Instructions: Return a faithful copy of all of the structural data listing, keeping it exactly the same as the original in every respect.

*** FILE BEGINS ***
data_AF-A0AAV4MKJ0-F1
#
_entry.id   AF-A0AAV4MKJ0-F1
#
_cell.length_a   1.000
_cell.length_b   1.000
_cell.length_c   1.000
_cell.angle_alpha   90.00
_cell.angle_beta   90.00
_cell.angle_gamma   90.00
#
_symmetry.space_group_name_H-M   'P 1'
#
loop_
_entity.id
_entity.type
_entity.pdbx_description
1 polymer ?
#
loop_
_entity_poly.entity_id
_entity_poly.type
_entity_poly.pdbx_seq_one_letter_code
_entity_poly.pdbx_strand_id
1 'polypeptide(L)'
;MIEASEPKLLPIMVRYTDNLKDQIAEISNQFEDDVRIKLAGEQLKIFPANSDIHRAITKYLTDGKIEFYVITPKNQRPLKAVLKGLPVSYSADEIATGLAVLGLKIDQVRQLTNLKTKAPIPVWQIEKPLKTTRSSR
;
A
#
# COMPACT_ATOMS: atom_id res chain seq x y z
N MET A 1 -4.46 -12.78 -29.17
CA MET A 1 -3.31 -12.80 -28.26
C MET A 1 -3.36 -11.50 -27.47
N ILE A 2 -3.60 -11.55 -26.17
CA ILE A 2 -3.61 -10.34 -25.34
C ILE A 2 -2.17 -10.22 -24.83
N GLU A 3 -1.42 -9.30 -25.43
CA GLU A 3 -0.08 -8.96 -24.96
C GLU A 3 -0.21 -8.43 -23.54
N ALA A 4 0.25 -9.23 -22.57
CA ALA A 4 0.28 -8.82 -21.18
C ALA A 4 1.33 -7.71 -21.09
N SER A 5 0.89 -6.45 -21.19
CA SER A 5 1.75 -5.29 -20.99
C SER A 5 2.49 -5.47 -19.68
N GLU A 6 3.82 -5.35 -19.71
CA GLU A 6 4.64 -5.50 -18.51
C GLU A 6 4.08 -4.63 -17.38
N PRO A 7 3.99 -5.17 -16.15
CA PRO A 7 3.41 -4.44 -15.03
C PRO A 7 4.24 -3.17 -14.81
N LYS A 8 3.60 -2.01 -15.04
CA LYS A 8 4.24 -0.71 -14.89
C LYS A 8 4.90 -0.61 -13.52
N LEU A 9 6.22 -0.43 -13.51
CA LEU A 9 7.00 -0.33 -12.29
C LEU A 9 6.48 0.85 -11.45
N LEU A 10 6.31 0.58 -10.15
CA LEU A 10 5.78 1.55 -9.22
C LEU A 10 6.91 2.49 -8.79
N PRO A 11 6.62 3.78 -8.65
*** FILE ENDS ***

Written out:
data_AF-A0AAV4MKJ0-F1
#
_entry.id   AF-A0AAV4MKJ0-F1
#
_cell.length_a   1.000
_cell.length_b   1.000
_cell.length_c   1.000
_cell.angle_alpha   90.00
_cell.angle_beta   90.00
_cell.angle_gamma   90.00
#
_symmetry.space_group_name_H-M   'P 1'
#
loop_
_entity.id
_entity.type
_entity.pdbx_description
1 polymer ?
#
loop_
_entity_poly.entity_id
_entity_poly.type
_entity_poly.pdbx_seq_one_letter_code
_entity_poly.pdbx_strand_id
1 'polypeptide(L)'
;MIEASEPKLLPIMVRYTDNLKDQIAEISNQFEDDVRIKLAGEQLKIFPANSDIHRAITKYLTDGKIEFYVITPKNQRPLKAVLKGLPVSYSADEIATGLAVLGLKIDQVRQLTNLKTKAPIPVWQIEKPLKTTRSSR
;
A
#
# COMPACT_ATOMS: atom_id res chain seq x y z
N MET A 1 -4.46 -12.78 -29.17
CA MET A 1 -3.31 -12.80 -28.26
C MET A 1 -3.36 -11.50 -27.47
N ILE A 2 -3.60 -11.55 -26.17
CA ILE A 2 -3.61 -10.34 -25.34
C ILE A 2 -2.17 -10.22 -24.83
N GLU A 3 -1.42 -9.30 -25.43
CA GLU A 3 -0.08 -8.96 -24.96
C GLU A 3 -0.21 -8.43 -23.54
N ALA A 4 0.25 -9.23 -22.57
CA ALA A 4 0.28 -8.82 -21.18
C ALA A 4 1.33 -7.71 -21.09
N SER A 5 0.89 -6.45 -21.19
CA SER A 5 1.75 -5.29 -20.99
C SER A 5 2.49 -5.47 -19.68
N GLU A 6 3.82 -5.35 -19.71
CA GLU A 6 4.64 -5.50 -18.51
C GLU A 6 4.08 -4.63 -17.38
N PRO A 7 3.99 -5.17 -16.15
CA PRO A 7 3.41 -4.44 -15.03
C PRO A 7 4.24 -3.17 -14.81
N LYS A 8 3.60 -2.01 -15.04
CA LYS A 8 4.24 -0.71 -14.89
C LYS A 8 4.90 -0.61 -13.52
N LEU A 9 6.22 -0.43 -13.51
CA LEU A 9 7.00 -0.33 -12.29
C LEU A 9 6.48 0.85 -11.45
N LEU A 10 6.31 0.58 -10.15
CA LEU A 10 5.78 1.55 -9.22
C LEU A 10 6.91 2.49 -8.79
N PRO A 11 6.62 3.78 -8.65